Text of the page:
Ten Books of Christmas: Part Two
Here are the second five books of “Ten Books for Christmas.” I read a lot and love to recommend books to others. So, why not share? Here are my favorite books for Christmas and the new year approaching. They are not always religious but they are interesting. “Why I like this book.”
“The Power of Moments: Why Certain Moments Have Extraordinary Impact,” by Chip and Dan Heath. What if a teacher could design a lesson that he knew his students would remember 20 years later? What if a manager knew how to create an experience that would delight customers? What if you had a better sense of how to create memories that matter for your children? Readers discover how brief experiences can change lives, such as the experiment in which two strangers meet in a room, and forty-five minutes later, they leave as best friends. “The Power of Moments,” shows us how to be the author of richer experiences.
Why I like this book: As a pastor, I witness the immense power of moments first hand as people’s lives are transformed through the power and influence of God. But, “The Power of Moments,” offers ways to create or enhance those moments. For example, there is the high-school student waiting for an acceptance letter from college. How could colleges make the potential moment more meaningful?
“The Ripple Effect: Sleep Better, Eat Better, Move Better, Think Better,” by Greg Wells, PH.D. Dr. Greg Wells offers concrete strategies on how to get better and stay better—not just for a few weeks or a few months, but for life. Optimal well-being is obtained through a commitment to the “holy trinity” of healthy living. With small daily changes in your life, you’ll see the incredible effects of aggregate gains that professional athletes know.
Why I like this book: A sudden trip to the hospital forced Dr. Wells to face up to his own health challenges. He made serious lifestyle changes in order to live healthier and longer. His extensive research is now available within this book. Emphasis is placed on many aspects of good health including physical, mental, social and others.
“Daring to Hope: Finding God’s Goodness in the Broken and the Beautiful,” by Katie Davis Majors. How do you hold on to hope when you don’t get the ending you asked for? When Katie moved to Uganda, accidentally founded a booming organization, and later became the mother of thirteen girls through the miracle of adoption, she determined to weave her life together with the people she desired to serve. But joy often gave way to sorrow as she invested her heart fully in walking alongside people in the grip of poverty, addiction, desperation, and disease. After unexpected tragedy shook her family, for the first time Katie began to wonder, Is God really good? Does He really love us?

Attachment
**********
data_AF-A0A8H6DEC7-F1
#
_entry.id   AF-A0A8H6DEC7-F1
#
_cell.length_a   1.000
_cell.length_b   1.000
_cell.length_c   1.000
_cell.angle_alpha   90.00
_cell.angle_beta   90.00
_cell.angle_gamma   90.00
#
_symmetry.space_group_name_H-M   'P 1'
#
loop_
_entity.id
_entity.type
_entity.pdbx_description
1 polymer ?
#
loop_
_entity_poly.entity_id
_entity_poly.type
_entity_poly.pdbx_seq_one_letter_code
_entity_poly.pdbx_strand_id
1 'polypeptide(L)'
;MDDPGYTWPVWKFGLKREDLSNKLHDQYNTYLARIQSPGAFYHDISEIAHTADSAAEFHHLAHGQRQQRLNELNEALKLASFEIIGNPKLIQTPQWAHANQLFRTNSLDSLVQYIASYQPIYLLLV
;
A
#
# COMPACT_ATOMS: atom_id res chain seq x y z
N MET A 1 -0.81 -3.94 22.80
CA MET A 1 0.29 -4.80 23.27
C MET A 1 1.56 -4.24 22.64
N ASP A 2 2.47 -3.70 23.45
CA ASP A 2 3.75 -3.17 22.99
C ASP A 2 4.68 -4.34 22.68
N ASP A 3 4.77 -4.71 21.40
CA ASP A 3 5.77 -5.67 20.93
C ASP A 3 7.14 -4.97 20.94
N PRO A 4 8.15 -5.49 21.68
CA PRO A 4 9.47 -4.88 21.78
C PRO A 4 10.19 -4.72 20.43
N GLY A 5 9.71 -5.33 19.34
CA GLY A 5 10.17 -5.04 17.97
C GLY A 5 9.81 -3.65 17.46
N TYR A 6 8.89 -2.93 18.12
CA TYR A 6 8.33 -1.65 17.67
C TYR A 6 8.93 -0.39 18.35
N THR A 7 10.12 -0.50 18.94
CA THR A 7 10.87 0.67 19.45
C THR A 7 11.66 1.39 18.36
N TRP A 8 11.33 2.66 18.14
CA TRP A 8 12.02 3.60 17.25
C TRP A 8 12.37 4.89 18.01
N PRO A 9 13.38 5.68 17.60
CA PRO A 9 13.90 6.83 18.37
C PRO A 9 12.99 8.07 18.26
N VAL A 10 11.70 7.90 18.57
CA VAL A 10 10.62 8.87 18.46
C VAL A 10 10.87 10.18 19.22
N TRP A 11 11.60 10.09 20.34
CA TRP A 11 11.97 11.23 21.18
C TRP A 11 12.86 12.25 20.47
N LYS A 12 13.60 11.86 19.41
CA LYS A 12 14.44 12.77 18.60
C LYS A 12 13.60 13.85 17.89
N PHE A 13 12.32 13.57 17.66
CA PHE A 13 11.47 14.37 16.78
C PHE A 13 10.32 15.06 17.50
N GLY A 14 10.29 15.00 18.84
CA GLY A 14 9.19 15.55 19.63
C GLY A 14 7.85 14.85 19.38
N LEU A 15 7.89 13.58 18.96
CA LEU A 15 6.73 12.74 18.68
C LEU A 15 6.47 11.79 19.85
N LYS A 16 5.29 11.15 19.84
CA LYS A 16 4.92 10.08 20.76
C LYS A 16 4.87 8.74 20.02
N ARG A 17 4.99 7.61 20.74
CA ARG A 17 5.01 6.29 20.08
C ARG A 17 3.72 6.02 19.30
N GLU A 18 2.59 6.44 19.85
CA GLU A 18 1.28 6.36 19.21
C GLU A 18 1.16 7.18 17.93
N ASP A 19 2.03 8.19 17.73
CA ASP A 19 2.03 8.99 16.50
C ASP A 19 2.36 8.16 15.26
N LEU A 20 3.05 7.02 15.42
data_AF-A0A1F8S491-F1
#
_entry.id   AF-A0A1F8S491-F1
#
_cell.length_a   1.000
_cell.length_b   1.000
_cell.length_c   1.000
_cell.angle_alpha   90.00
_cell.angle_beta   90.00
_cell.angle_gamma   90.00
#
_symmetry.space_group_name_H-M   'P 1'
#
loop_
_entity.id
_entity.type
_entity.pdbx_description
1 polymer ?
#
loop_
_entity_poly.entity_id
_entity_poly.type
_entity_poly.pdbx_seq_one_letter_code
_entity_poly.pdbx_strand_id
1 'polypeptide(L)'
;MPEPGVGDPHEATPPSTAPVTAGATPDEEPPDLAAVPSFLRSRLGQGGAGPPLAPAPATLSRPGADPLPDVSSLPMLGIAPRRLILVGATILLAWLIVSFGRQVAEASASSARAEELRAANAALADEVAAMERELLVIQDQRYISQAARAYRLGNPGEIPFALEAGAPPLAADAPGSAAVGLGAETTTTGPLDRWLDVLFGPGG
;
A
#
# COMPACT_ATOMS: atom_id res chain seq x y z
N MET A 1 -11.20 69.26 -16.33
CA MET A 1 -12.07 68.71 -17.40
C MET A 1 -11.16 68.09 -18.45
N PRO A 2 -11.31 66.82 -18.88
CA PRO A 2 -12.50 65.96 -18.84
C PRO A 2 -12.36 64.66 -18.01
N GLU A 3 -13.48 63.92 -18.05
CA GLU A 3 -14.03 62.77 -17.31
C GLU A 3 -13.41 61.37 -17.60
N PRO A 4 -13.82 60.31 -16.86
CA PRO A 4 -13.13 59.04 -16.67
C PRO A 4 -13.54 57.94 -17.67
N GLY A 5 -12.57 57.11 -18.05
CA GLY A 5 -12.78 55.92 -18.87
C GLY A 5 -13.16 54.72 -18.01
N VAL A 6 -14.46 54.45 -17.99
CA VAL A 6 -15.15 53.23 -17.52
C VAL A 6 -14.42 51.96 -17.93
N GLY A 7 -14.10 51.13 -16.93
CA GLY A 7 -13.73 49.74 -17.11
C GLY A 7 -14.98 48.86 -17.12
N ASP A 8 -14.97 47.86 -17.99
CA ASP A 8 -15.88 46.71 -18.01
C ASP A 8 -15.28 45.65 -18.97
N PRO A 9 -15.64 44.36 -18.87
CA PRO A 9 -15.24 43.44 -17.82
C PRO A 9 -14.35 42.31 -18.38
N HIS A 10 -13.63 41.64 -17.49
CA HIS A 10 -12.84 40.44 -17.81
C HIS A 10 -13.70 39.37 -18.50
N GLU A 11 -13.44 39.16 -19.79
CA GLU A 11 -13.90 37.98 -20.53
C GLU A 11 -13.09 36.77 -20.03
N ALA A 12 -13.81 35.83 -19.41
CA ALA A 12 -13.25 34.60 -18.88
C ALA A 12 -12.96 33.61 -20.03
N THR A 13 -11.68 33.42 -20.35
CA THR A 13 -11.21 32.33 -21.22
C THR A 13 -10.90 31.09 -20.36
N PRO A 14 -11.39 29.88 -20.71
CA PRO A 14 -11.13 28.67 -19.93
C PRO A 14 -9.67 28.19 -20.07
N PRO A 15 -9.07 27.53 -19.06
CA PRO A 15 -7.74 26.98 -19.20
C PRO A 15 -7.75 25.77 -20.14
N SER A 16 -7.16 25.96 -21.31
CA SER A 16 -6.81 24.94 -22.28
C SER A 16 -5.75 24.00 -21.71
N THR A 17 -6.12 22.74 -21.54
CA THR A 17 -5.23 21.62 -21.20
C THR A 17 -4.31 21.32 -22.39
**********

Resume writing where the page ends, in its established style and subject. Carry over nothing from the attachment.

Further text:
Why I like this book: Being a missionary is often glamorized and dramatized out of all proportion to what actually happens when people live and work thousands of miles away in a difficult and unfriendly culture. Katie Majors weaves stories of working in less than ideal environments with everyday tales of a large diverse family sharing meals, school activities and occasional squabbles.
“Unwind: 7 Principles for a Stress-Free Life,” by Dr. Michael Olpin and Sam Bracken. This book stands out in one significant way: its “whole-person” approach. Unwind,” is about optimizing your body, heart, mind and soul, recognizing that any and all of these dimensions of your life affect your anxiety level. It helps you get clear about who you are as well as your priorities and goals.
Why I like this book: “Our world is an angry place. People shout at each other. Unwind avoids the usual complaining and offers sound strategies to cope and respond in a way that promotes harmony and health.
“100 Things You Can Do to Stay Fit and Healthy: Simple Steps to Better Your Body and Improve Your Mind,” by Scott Douglas. Looking to revamp and revitalize your fitness and overall well-being, but not sure where to start? Each short section features a simple, and easy-to-implement, physician- approved practice that that will improve your health in an instant, and, when continued, will elevate your overall well-being permanently. Simple to comprehend, easy to use, and virtually effortless to implement in every-day life.
Why I like this book: Recently our church started a series of health tips: “If You Want to Know More…” Many of the ideas came from this book. You may not agree with every recommendation but if you implement just a few, your overall health will improve. Everyone can benefit from reading and using the ideas in this book.
Rev. Larry E. Davies can be reached at firstname.lastname@example.org.